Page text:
Pilcher echoed his comments to Essence, saying, "I saw Beyoncé Knowles in Austin Powers Goldmember and that's when I thought, 'That's what I want.' I wanted the biggest afro someone had ever seen. That wig in particular was actually four or five wigs all placed together. So we had the wigs for the ringlets and then the we bought afros and then straightened them out and reset them on curls sticks and brushed them through so that we would get the best volume of afro, then sewed them on top of each other just to get that beautiful shape."
"If you look at Regency men of that period, they would always have a cane and a hat," Adjoa Andoh, who plays Lady Danbury, told New African magazine. "For me, the fact that she's a widow meant that I wanted her to embody some of the masculine within her feminine. In a way to reflect the particular position of wealth and power that she had within a society that didn't allow a woman a huge amount of freedom. So, I requested a hat, I love a hat!"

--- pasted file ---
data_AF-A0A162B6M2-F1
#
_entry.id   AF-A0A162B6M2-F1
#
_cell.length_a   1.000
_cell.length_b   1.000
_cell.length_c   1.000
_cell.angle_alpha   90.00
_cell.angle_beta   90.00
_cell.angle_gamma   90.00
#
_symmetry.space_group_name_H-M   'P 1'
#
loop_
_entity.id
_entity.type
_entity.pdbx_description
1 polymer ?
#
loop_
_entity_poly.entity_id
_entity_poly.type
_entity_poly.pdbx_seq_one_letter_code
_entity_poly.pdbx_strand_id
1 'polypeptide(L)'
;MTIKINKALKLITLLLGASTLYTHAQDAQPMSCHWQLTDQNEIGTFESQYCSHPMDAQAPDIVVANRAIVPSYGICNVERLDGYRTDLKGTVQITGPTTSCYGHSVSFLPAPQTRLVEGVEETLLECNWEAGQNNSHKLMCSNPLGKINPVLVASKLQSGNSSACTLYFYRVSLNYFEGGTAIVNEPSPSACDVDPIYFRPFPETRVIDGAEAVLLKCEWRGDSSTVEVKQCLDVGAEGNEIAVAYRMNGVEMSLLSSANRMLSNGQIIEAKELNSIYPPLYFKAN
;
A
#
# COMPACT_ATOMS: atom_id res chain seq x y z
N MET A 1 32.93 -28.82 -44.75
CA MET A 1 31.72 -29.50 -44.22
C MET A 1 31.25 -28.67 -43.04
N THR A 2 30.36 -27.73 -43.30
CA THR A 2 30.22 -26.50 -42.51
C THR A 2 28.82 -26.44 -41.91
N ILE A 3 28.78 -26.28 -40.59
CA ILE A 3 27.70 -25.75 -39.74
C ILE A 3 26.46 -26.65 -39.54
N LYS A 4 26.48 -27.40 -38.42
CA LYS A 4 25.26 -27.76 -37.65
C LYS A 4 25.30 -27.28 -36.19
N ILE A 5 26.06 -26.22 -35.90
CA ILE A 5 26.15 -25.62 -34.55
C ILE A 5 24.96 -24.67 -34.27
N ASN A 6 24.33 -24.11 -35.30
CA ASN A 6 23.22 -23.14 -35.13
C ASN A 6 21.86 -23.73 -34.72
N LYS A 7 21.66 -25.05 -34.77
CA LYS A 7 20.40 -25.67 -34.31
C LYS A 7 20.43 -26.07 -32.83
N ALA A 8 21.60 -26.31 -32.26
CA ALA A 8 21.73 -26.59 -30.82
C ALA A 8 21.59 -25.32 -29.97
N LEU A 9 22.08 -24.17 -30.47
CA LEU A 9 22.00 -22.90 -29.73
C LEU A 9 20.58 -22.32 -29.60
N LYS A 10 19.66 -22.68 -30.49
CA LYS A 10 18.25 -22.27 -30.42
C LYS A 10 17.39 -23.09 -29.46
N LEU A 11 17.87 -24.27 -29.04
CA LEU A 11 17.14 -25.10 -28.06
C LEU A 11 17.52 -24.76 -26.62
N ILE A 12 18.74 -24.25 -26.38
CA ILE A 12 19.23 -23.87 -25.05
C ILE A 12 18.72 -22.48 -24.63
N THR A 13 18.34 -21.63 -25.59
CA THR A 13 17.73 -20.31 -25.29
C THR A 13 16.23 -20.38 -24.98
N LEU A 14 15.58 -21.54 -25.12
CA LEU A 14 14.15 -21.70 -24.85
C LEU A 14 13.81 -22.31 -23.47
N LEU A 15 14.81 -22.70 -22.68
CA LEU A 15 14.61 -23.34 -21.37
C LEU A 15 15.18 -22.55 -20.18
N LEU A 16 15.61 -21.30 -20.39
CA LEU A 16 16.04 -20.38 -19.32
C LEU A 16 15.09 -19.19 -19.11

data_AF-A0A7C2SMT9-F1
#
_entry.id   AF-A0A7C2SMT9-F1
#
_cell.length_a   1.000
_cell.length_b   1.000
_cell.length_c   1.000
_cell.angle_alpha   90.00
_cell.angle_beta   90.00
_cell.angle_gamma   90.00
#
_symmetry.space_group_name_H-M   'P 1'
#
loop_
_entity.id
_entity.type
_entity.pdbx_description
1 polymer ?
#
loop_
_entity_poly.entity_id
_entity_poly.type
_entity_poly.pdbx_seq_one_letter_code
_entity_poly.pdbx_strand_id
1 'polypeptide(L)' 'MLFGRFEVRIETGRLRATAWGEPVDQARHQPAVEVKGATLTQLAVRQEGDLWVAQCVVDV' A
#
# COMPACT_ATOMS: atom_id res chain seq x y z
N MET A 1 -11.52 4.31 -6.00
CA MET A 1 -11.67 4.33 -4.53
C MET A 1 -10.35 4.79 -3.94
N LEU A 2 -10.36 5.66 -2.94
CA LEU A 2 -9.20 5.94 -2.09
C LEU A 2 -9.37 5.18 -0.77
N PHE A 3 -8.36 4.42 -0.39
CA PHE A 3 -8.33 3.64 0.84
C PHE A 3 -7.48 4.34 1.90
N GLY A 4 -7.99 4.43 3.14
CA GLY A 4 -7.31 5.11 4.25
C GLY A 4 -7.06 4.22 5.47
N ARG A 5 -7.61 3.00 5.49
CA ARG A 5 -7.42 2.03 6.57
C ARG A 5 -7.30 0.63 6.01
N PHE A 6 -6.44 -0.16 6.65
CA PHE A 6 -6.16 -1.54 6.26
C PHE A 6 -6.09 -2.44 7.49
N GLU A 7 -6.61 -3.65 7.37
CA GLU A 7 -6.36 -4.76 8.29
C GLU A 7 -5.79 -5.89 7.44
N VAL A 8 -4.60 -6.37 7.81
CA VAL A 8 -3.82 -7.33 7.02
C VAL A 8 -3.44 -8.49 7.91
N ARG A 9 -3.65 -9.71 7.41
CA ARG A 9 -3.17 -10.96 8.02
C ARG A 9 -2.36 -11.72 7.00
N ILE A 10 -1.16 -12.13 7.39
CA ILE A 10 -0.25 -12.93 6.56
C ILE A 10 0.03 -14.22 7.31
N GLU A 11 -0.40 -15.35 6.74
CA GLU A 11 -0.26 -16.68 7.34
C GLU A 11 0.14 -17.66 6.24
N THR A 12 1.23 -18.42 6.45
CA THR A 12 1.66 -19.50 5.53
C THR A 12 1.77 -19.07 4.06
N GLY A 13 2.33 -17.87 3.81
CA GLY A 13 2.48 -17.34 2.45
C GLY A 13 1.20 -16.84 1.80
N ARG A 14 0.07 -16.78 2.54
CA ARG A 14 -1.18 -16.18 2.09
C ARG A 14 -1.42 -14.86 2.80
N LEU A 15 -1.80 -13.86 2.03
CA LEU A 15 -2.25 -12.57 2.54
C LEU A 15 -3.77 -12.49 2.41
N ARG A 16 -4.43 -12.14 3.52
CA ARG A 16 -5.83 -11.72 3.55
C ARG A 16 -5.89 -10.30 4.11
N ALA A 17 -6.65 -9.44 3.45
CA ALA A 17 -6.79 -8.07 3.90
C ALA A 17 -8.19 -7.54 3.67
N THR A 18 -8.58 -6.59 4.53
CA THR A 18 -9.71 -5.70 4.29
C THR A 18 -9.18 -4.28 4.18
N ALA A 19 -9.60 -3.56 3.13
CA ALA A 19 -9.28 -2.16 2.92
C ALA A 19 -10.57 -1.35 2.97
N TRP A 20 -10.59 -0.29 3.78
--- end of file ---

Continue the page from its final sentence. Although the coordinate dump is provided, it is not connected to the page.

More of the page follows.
"At the first fitting of Lady Featherington (Polly Walker), I noticed that her outfits were heavily influenced by the 1950s," Pilcher told Vogue, "so rather than giving her straightforward Regency hair and makeup, I looked at pictures of Elizabeth Taylor and Deborah Kerr and amalgamated a 1950s look with a Regency silhouette."
Claudia Jessie, who plays Eloise Bridgerton, and Nicola Coughlan, who plays Penelope Featherington, are "friends in real life," according to showrunner Chris Van Dusen.
"In the writers' room, we refer to them as PenEloise," he told Screenrant. "That's slowly becoming a thing, as the fans of the books tweet and are on Instagram. I think they're using that hashtag a lot."